Amber: Going back, with the restrictions starting to lift this week, do you think that it’ll make it easier to be able to expand? How far do you want to expand?

Matt: We want to expand it to struggling theaters. We want to expand it to successful theaters. The sky’s the limit for the expansion. We want to go where it’s needed and where it fits us well. That’s what we’re looking for.

Keith: It brings so much value to a theater owner and to the consumer and to the industry. We really feel like this has huge legs. And it’s something that we envision—us being a very large theater chain in the future.

Amber: Do you have any other upcoming projects?

Matt: The other thing that we’re doing that we haven’t really mentioned a lot to people yet is we also have a branch called Movie Heroes Studios. And that’s our filmmaking branch. And we’re starting to develop our own content as Netflix does. So we’re developing that as well.

I just got back from Alabama helping film a movie called Aether. It’s gonna be huge. It’s directed by Drew Hall and Horst Sarubin and it is produced by Scott Robinson. And those people are amazing because our Director of Photography was Alex Funke—he was from Lord of the Rings. The Production Designer is David L. Snyder from Blade Runner. The makeup artist is named Robin [Mathews]. She is the Oscar winning makeup artist from Dallas Buyers Club. They have this big team gathered and they just shot a pitch that they’re going to be showing to the studios with this feature script that’s a steampunk based science fiction movie. You can find them on Facebook. Their page is just Aether.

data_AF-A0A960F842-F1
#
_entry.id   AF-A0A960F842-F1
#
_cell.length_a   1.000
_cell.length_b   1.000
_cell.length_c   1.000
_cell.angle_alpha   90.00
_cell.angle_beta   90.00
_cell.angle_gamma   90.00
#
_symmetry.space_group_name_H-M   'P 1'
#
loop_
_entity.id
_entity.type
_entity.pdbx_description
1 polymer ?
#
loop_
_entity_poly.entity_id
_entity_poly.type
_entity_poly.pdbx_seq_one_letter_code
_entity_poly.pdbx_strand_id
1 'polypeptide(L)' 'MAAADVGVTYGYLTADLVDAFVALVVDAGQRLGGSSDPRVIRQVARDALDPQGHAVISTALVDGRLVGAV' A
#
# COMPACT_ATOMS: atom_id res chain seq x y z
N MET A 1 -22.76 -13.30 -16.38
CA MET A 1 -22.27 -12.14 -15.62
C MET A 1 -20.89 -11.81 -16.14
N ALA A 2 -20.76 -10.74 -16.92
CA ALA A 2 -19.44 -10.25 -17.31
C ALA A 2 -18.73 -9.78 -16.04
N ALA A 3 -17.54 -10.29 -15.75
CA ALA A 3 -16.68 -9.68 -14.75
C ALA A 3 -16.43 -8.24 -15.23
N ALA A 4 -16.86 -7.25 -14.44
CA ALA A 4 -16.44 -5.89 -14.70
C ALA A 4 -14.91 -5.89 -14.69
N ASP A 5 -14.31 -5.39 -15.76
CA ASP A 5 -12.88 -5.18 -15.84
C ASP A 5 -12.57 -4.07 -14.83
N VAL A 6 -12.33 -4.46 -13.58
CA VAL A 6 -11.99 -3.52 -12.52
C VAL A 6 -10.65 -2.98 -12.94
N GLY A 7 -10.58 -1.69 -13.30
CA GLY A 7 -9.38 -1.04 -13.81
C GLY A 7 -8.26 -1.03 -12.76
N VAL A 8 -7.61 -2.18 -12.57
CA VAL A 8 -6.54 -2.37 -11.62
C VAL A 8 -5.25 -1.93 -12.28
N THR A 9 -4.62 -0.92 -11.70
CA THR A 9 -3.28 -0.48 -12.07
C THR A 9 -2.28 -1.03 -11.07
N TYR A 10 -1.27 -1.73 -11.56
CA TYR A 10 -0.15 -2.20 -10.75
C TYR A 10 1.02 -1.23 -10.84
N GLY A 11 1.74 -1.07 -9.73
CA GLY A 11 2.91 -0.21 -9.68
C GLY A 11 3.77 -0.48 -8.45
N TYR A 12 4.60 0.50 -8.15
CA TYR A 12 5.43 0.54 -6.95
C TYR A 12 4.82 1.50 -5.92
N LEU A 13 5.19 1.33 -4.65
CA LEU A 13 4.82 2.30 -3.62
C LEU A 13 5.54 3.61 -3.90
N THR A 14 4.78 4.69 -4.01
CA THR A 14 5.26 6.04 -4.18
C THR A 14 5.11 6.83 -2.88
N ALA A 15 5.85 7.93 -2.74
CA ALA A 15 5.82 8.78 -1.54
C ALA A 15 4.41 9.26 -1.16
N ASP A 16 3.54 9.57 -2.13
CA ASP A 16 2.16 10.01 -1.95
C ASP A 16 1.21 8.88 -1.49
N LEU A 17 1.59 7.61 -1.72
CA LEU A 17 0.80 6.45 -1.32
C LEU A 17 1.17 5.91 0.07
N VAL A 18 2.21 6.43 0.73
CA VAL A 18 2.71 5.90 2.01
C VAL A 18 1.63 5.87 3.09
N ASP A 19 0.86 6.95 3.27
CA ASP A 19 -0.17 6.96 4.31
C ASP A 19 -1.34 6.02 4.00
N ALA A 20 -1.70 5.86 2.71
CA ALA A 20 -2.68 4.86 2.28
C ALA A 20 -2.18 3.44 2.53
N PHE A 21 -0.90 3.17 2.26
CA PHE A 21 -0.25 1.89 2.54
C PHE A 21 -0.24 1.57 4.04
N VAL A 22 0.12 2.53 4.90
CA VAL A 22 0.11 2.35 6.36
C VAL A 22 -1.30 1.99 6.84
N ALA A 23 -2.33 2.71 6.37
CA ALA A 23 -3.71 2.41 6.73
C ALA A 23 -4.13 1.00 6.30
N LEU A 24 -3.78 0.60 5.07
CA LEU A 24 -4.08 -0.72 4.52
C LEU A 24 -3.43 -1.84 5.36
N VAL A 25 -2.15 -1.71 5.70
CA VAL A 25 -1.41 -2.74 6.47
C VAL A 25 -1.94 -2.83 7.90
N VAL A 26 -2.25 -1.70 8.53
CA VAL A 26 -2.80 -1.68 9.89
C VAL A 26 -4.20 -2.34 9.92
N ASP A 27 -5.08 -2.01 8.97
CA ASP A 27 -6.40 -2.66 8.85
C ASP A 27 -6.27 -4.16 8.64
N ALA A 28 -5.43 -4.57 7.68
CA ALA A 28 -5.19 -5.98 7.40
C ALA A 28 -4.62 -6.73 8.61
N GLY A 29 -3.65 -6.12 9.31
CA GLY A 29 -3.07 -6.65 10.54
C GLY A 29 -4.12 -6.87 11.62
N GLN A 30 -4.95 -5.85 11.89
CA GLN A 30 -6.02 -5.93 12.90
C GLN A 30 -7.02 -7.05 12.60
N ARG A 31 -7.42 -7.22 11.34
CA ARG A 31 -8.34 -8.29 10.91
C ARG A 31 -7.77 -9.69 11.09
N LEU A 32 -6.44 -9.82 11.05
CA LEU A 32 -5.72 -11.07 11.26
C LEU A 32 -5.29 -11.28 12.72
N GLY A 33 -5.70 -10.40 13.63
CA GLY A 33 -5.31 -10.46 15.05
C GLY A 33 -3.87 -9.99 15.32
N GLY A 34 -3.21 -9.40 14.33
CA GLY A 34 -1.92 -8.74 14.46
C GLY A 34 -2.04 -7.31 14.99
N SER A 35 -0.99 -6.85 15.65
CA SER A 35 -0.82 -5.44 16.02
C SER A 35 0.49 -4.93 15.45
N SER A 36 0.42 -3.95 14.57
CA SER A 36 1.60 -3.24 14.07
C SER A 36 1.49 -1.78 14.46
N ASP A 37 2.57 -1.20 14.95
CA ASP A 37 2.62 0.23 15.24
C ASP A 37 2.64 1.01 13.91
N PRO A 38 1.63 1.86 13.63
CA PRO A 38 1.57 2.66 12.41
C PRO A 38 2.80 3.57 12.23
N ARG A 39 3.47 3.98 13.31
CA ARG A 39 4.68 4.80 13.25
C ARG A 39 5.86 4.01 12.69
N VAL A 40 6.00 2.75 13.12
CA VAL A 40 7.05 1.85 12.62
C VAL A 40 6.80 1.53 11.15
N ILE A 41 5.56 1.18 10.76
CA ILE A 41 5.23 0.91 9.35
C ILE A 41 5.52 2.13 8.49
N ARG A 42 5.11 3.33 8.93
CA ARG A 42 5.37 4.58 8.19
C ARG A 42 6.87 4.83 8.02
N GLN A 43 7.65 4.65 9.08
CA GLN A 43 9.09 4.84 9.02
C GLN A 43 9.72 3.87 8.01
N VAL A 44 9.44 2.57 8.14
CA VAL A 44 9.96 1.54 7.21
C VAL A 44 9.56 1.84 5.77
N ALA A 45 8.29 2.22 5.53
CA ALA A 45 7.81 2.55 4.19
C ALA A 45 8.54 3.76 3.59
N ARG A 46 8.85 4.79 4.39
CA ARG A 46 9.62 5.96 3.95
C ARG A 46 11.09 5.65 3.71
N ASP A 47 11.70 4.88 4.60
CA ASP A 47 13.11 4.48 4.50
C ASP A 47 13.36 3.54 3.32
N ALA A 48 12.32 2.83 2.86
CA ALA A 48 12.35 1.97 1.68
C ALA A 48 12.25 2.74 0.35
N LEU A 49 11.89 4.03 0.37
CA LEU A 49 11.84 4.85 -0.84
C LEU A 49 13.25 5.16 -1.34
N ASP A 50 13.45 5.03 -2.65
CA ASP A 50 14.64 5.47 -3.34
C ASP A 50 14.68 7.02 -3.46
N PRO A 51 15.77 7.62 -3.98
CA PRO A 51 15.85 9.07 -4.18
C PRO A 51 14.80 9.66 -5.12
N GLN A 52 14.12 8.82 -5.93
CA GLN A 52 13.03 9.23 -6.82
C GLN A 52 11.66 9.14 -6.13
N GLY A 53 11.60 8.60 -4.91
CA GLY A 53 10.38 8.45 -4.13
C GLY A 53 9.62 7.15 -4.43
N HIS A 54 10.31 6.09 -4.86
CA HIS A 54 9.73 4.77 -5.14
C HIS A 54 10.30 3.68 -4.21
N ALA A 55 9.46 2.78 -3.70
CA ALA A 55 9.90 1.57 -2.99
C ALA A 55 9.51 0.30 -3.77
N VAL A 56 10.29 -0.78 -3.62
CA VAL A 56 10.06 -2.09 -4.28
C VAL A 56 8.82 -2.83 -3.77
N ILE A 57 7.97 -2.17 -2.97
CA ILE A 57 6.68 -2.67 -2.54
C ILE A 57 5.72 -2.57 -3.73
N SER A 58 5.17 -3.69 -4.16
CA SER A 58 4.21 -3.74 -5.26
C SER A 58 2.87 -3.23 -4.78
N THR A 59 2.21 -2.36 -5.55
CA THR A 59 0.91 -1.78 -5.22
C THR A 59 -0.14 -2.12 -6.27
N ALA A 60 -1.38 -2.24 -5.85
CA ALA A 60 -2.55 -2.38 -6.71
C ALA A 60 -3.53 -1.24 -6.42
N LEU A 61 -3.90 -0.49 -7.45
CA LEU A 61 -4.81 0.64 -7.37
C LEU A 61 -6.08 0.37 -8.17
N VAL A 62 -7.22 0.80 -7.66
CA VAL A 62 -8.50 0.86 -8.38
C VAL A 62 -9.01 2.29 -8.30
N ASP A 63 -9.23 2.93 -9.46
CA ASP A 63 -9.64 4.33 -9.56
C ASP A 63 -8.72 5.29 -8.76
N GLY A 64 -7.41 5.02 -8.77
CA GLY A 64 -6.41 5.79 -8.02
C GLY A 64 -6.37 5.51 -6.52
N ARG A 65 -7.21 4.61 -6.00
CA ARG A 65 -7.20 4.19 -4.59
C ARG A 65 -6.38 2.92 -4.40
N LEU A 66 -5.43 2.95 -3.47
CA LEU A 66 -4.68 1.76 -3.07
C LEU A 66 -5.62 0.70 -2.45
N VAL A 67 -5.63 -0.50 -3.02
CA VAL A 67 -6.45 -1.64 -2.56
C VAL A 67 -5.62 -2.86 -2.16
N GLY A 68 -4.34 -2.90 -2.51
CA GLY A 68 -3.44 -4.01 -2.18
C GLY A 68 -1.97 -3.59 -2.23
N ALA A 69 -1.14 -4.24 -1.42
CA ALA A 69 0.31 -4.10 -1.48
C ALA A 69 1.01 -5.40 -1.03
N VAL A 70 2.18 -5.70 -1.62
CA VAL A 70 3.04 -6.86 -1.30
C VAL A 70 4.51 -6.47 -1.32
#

Amber: I’ll definitely look that up and spread the word a little bit. So is there anything else that you want to discuss?

Keith: As people read this, the thing that we’re looking for is to getting contact with theater owners that are in a position where they’re struggling and we can help them. And then we’re also kind of looking for some venture funding. So you know those are the kind of the things that will help our business be propelled along. And then just people being aware of what we’re doing and interested. So when it shows up in their town, they’re warmed up to the idea.

You can learn more about Matt, Keith and Movie Heroes at their website www.movieheroes.com (which is more theater based) as well as their Facebook page www.facebook.com/movieheroes You can also read about Movie Heroes Studios at www.facebook.com/movieheroesstudios.


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By on March 6th, 2015

About Amber Topping

Amber works as a writer and digital publisher full-time and fell in love with stories and imagination at an early age. She has a Humanities and Film Degree from BYU, co-created The Silver Petticoat Review, contributed as a writer to various magazines, and has an MS in Publishing from Pace University, where she received the Publishing Award of Excellence and wrote her thesis on transmedia, Jane Austen, and the romance genre. Her ultimate dreams are publishing books, writing and producing movies, traveling around the world, and forming a creative village of talented storytellers trying to change the world through art.